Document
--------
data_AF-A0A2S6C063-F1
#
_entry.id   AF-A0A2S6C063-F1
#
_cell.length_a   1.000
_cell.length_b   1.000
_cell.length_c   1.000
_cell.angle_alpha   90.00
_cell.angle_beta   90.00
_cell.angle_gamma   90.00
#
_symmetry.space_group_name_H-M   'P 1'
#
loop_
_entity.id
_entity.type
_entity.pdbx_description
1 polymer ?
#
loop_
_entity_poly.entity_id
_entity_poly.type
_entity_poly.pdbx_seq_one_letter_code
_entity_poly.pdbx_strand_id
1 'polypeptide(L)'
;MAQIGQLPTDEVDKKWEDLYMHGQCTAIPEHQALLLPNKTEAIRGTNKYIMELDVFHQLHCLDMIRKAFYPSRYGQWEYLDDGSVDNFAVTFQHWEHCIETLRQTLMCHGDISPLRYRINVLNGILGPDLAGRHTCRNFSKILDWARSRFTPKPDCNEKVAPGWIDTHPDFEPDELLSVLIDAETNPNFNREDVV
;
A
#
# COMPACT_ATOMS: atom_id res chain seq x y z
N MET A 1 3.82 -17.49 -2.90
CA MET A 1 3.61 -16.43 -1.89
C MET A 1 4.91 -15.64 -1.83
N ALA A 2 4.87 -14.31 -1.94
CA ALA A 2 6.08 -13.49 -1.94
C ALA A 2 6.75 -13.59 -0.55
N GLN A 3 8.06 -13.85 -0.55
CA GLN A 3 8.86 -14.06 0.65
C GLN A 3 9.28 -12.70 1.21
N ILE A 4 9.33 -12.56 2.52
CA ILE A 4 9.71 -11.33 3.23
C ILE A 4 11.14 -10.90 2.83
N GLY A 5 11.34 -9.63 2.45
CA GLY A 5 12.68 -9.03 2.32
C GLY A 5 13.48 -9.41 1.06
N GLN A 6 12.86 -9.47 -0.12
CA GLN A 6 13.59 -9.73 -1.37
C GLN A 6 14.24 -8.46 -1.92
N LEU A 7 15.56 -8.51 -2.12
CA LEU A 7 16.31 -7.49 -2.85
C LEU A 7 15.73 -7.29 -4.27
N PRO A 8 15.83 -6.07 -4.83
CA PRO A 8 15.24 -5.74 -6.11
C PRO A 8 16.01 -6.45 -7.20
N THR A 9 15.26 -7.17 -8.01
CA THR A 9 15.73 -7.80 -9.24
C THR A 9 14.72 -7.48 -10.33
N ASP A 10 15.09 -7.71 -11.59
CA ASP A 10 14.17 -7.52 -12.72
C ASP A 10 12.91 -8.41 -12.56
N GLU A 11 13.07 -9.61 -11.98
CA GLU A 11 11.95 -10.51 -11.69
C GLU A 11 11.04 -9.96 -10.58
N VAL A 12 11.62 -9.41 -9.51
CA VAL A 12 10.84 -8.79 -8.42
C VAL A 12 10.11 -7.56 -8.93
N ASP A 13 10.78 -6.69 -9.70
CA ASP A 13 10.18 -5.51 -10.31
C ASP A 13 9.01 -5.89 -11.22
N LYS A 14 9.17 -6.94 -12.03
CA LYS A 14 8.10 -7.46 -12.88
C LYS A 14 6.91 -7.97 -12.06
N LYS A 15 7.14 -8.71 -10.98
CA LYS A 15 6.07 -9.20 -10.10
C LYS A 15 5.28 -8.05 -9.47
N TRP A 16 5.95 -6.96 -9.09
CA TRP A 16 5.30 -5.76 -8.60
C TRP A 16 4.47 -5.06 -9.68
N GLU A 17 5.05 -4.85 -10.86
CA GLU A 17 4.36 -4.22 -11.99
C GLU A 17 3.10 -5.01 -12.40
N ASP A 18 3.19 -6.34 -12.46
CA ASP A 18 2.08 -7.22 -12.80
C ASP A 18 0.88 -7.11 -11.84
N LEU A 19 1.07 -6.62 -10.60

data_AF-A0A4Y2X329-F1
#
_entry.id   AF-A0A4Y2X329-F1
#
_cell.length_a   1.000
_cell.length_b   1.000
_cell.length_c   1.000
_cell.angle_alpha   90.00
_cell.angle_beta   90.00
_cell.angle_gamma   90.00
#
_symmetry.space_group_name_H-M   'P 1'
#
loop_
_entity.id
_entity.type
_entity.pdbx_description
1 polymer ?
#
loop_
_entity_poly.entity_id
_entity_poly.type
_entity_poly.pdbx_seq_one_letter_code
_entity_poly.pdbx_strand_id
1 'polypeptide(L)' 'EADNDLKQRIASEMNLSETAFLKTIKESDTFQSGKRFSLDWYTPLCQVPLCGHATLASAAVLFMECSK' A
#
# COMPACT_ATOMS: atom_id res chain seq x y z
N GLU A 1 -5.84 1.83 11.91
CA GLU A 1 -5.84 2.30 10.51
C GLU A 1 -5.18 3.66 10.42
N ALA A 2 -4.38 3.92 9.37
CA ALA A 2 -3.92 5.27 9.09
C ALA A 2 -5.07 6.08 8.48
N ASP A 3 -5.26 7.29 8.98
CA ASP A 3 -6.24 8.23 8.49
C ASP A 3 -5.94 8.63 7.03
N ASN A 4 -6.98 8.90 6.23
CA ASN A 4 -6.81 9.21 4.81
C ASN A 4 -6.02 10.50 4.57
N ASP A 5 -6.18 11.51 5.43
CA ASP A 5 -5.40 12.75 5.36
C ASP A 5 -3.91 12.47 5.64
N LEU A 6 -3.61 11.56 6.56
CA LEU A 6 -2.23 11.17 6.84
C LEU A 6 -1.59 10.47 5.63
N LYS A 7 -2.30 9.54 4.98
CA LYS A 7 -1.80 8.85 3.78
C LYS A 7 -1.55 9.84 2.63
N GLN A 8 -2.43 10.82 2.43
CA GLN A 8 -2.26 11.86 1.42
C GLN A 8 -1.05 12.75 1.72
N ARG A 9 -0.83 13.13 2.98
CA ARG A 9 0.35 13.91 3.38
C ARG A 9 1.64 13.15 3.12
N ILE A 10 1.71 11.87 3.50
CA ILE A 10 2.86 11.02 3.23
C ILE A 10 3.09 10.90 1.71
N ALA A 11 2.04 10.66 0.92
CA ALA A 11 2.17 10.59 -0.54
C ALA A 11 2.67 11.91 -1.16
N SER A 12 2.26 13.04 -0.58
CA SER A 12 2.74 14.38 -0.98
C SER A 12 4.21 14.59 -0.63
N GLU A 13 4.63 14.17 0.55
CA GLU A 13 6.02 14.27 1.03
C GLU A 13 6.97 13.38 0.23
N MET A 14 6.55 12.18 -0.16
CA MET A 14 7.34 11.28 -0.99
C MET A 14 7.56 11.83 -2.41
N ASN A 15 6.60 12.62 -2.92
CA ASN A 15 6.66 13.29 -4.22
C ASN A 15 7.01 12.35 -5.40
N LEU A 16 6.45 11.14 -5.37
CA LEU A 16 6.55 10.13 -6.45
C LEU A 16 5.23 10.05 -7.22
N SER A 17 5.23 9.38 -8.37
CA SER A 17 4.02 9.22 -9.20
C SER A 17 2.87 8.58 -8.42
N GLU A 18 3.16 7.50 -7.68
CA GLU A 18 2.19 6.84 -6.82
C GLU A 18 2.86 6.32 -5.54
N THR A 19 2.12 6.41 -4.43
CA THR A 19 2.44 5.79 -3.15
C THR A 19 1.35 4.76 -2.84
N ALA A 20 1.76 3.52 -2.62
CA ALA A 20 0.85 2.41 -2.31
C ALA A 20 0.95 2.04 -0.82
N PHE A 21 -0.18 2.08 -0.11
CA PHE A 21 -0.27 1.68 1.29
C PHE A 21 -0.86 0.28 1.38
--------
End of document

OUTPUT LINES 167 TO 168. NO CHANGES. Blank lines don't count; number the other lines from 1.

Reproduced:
N THR A 19 2.12 6.41 -4.43
CA THR A 19 2.44 5.79 -3.15